Climate Change Threatens Beer

Sam Zeitz

If you’re someone who enjoys a cold malt-barley brew on a hot day, your drink of choice might become harder to find. With global warming on the rise, farmers are having a tough time growing malt barley that is up to standards.

Barley is already a temperamental crop to work with so with climate change making it even harder to grow, farmers have been shying away from growing it. In 2016, Montana was home to approximately one million acres of barley crops worth $240 million. Since then, climate change has run some barely farmers out of business. In 2017, only 770,000 acres of malt barely was planted for the beer market.

In places like Montana that rely heavily on agriculture for a source of economic revenue, this is becoming a real problem. Weather has become harder to predict, leaving farmers worried their crops won’t yield what they used to. If the plant does yield, added heat causes the malt barley that does grow to come out disproportionate in size thus making it unsuitable for beer. If the seed isn’t up to par, the brewers won’t buy it, leaving the farmers to sell it as animal feed. This becomes a problem for the farmers because malt barley for animal feed only sells for a third of the price that malt barley for beer does. With it becoming harder to produce the ingredient for beer, there is a chance that beer will skyrocket in price, especially if this trend continues.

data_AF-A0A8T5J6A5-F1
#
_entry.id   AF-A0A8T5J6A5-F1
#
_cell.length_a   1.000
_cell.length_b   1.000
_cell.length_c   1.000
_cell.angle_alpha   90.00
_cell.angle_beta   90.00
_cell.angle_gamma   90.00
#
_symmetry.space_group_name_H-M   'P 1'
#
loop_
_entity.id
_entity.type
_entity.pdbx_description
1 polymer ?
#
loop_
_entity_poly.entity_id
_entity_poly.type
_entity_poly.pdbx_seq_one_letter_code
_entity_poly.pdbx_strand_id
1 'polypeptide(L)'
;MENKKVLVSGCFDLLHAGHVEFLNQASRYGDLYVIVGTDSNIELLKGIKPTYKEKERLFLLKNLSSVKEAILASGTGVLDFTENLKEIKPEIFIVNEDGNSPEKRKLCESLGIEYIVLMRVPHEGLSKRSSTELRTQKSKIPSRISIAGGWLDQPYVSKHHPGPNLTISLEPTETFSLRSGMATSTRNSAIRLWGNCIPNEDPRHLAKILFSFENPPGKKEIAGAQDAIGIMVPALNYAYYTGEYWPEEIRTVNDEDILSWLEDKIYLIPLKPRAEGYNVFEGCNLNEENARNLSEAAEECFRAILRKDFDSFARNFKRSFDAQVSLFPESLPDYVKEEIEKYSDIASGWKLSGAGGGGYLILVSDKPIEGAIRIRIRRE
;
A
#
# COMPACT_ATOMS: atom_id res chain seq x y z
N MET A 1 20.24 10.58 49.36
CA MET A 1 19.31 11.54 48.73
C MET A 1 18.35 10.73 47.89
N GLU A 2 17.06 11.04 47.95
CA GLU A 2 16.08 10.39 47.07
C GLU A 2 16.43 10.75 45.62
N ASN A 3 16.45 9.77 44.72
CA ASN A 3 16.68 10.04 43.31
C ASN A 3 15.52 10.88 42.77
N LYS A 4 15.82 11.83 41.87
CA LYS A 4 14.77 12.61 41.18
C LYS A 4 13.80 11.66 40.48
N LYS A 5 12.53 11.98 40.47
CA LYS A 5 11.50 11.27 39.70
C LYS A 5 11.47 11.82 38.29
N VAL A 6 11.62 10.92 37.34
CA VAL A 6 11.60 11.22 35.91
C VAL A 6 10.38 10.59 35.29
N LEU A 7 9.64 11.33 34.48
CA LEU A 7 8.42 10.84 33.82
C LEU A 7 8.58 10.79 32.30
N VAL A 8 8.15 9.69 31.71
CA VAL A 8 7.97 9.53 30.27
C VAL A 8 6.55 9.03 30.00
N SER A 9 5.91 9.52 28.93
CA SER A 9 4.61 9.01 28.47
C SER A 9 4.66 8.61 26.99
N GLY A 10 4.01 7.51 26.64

Researchers are estimating that climate change is going to cost the industry $736 million annually. That accounts for 1.7 per cent of the state’s economy. They report it could cause a 20 per cent drop in rangeland cattle production and a 25 percent reduction in grain production by 2055. To combat the issue, plant scientist, Jamie Sherman has been working to create a strain of barley that can withstand weather change. This includes coming up with a strain that can withstand winter to keep production rolling all year round.